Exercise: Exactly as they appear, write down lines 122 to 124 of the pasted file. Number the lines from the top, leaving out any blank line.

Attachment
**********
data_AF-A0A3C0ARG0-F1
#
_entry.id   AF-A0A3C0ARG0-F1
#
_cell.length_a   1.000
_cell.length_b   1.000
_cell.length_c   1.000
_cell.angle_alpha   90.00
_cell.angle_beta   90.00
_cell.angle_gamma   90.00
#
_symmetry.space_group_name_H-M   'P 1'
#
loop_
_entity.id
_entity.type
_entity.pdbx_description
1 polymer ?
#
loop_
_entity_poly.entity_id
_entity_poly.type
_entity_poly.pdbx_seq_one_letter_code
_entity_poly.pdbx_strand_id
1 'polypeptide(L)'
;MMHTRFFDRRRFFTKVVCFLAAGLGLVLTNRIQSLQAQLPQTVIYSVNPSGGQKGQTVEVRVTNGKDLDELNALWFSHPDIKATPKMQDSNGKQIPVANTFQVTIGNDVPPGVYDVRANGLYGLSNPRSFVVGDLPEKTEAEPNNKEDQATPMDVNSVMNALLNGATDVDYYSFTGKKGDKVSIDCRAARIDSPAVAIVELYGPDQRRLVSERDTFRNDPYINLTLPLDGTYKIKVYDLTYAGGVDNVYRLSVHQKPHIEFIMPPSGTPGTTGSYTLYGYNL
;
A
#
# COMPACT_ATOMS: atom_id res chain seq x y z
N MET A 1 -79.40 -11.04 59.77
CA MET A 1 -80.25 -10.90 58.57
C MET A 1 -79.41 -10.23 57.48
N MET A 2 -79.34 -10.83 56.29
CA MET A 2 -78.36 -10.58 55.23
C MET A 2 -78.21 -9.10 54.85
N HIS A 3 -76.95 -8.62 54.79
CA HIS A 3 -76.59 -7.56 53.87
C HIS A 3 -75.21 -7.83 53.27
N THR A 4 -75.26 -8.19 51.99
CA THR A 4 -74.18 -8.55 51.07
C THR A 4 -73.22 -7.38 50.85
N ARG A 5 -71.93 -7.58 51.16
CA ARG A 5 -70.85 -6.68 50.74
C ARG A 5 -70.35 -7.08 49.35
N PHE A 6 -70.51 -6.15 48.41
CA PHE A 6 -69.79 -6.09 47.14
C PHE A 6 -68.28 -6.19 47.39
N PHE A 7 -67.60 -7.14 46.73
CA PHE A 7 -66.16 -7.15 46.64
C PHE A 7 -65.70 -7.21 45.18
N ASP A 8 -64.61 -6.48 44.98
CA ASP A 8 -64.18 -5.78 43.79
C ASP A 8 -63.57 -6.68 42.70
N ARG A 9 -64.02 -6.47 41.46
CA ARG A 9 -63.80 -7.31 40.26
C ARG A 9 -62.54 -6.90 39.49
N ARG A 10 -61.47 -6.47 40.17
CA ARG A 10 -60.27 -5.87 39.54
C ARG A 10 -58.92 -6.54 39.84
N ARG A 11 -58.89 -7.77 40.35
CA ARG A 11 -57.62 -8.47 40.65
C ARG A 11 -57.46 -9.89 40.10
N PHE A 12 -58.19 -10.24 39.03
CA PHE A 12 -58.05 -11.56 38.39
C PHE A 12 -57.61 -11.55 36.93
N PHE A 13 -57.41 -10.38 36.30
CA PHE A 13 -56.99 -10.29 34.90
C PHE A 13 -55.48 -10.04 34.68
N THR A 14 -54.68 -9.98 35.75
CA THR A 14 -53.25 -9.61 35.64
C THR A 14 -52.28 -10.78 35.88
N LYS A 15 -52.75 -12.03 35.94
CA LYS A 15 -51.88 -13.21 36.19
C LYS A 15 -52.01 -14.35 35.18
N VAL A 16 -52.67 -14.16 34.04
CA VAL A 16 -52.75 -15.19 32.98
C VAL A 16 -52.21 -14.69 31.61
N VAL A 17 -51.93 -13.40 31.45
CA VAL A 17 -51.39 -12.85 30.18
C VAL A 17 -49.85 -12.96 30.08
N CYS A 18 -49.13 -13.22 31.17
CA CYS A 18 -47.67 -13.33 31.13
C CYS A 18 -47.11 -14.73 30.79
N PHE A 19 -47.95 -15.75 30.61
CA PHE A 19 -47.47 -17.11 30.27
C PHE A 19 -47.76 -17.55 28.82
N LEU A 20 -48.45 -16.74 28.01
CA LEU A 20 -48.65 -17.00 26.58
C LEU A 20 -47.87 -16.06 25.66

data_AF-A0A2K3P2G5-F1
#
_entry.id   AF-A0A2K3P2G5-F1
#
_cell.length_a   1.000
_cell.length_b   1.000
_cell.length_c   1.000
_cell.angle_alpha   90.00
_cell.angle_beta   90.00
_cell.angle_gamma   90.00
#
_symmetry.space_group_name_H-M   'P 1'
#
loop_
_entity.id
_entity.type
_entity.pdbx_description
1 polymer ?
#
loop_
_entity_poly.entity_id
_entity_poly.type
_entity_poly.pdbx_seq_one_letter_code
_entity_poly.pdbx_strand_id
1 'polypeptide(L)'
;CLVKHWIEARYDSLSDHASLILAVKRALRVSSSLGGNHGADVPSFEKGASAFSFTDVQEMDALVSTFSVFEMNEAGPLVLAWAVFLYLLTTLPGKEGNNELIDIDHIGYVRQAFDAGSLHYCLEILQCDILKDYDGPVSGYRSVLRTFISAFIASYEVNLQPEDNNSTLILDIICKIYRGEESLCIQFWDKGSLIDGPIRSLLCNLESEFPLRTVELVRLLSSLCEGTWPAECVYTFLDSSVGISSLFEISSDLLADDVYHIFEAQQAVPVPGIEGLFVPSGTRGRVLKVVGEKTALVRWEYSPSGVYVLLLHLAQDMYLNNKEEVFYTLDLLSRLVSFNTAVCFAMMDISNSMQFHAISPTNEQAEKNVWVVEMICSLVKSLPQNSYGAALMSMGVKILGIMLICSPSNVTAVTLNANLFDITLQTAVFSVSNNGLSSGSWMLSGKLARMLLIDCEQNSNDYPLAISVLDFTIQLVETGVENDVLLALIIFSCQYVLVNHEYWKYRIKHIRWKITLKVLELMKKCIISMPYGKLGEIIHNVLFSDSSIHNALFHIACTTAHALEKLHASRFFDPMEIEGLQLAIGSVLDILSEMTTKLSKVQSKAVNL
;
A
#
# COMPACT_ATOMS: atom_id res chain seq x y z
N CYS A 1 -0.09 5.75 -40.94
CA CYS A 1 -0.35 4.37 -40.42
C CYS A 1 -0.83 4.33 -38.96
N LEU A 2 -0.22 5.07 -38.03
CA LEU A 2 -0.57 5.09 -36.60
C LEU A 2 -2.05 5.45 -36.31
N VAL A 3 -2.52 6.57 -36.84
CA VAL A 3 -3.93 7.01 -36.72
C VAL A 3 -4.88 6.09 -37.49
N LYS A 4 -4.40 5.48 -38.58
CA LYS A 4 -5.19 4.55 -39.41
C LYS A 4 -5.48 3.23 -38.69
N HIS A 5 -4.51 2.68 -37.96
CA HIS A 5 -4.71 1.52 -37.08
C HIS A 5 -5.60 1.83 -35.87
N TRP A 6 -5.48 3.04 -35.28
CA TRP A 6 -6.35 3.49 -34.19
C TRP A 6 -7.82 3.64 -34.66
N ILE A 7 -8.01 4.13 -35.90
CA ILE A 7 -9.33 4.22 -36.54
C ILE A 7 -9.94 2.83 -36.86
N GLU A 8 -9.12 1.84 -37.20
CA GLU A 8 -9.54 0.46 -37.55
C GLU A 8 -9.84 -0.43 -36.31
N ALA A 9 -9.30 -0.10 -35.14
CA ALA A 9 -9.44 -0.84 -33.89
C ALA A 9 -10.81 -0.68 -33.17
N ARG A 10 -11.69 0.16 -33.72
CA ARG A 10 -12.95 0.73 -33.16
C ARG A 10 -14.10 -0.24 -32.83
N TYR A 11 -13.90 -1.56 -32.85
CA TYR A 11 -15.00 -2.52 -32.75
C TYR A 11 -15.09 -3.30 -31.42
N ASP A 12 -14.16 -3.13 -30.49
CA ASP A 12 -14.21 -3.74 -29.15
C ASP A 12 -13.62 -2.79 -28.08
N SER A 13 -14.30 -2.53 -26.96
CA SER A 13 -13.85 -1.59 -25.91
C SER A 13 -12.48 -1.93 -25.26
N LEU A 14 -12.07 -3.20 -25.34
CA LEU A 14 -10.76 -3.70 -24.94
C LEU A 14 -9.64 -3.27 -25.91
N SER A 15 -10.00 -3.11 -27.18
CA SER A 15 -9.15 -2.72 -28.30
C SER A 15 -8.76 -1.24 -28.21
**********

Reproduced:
CA CYS A 1 -0.35 4.37 -40.42
C CYS A 1 -0.83 4.33 -38.96
N LEU A 2 -0.22 5.07 -38.03